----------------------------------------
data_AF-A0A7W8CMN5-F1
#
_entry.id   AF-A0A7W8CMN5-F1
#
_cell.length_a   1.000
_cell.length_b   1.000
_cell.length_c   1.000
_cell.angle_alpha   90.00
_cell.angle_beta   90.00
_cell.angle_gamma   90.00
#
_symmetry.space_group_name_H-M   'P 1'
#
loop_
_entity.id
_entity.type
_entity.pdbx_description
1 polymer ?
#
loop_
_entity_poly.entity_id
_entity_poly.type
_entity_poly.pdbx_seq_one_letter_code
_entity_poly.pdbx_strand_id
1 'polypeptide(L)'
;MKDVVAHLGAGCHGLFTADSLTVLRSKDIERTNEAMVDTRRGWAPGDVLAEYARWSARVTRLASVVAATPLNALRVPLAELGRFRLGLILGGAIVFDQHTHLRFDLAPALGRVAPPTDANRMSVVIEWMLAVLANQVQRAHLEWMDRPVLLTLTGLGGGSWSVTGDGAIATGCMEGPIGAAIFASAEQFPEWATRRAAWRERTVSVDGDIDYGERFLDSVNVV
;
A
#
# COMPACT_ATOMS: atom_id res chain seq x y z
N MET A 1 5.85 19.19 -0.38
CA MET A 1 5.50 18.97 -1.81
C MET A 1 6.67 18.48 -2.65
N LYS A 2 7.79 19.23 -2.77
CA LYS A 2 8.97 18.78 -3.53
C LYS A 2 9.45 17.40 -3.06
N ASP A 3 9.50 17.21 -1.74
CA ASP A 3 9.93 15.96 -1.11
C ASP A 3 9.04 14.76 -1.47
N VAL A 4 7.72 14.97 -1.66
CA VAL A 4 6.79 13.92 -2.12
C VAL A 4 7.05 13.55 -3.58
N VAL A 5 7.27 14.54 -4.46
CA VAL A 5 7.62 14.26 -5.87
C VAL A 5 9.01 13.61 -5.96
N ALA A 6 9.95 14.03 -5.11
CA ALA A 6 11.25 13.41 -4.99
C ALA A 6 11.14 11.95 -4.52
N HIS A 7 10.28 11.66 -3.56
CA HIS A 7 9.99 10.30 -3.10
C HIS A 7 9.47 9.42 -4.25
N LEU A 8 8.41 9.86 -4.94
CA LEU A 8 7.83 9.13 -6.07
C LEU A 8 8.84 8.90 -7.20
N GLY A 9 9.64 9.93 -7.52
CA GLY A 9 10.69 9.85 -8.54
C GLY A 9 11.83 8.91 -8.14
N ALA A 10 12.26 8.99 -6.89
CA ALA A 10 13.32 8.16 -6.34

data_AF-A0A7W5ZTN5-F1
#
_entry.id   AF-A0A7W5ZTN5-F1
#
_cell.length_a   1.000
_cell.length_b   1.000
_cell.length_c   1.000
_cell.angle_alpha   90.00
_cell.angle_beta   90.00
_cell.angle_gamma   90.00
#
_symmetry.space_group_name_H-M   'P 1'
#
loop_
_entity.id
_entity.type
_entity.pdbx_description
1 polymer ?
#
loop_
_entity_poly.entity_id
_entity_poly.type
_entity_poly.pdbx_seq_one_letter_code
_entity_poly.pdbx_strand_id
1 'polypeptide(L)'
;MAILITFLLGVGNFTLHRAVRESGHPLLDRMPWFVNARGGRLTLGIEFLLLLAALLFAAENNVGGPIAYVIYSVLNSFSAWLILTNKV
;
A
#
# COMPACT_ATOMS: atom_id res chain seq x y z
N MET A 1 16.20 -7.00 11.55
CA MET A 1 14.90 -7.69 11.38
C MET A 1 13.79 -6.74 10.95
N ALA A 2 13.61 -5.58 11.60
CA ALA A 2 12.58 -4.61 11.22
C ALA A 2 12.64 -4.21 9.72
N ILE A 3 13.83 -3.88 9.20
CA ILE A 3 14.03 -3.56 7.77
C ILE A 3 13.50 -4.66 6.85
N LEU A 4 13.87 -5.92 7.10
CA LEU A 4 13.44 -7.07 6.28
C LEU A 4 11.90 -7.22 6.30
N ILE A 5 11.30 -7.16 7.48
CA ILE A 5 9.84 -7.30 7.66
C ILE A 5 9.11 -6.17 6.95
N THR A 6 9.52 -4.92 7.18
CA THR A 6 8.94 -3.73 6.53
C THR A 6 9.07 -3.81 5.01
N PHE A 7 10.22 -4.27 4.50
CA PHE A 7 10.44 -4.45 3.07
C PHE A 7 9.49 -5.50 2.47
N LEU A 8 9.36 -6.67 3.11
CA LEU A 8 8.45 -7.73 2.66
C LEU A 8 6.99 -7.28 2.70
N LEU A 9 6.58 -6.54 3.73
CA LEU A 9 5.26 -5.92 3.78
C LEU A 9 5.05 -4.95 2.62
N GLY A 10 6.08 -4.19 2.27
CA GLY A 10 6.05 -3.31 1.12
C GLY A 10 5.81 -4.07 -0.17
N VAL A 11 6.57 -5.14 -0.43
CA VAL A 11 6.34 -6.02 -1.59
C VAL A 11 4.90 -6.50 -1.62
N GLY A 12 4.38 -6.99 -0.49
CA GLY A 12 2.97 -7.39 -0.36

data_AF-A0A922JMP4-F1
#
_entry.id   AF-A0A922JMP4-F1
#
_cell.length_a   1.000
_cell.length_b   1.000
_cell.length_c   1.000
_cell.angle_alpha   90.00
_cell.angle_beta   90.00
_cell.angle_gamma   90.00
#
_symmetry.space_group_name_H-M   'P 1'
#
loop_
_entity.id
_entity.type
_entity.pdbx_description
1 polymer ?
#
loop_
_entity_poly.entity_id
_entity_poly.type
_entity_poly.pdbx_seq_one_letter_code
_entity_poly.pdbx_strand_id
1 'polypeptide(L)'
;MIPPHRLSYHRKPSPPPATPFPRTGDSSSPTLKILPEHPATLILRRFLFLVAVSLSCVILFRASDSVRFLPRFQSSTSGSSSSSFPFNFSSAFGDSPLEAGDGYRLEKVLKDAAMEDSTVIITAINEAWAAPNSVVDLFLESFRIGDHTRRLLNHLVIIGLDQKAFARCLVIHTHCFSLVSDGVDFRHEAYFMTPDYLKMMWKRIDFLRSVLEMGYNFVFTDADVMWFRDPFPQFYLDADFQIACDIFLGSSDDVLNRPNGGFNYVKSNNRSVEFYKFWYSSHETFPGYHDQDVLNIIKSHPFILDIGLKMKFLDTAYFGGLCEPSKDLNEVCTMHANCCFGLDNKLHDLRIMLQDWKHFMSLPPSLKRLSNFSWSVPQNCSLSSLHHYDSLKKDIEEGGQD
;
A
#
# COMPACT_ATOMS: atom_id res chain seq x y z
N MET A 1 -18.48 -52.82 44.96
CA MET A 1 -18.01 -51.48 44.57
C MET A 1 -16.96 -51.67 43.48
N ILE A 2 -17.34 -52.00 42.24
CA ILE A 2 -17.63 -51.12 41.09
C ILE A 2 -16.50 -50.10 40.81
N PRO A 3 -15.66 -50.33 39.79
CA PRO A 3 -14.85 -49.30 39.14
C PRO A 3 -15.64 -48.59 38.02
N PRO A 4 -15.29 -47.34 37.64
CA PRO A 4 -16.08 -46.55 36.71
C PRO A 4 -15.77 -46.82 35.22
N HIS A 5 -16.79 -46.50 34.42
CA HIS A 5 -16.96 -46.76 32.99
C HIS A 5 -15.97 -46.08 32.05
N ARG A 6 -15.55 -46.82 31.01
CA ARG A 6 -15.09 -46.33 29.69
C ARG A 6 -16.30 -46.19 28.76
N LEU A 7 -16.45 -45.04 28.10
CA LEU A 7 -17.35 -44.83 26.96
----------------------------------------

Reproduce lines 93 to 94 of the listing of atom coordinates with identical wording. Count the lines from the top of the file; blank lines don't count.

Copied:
N ALA A 2 13.61 -5.58 11.60
CA ALA A 2 12.58 -4.61 11.22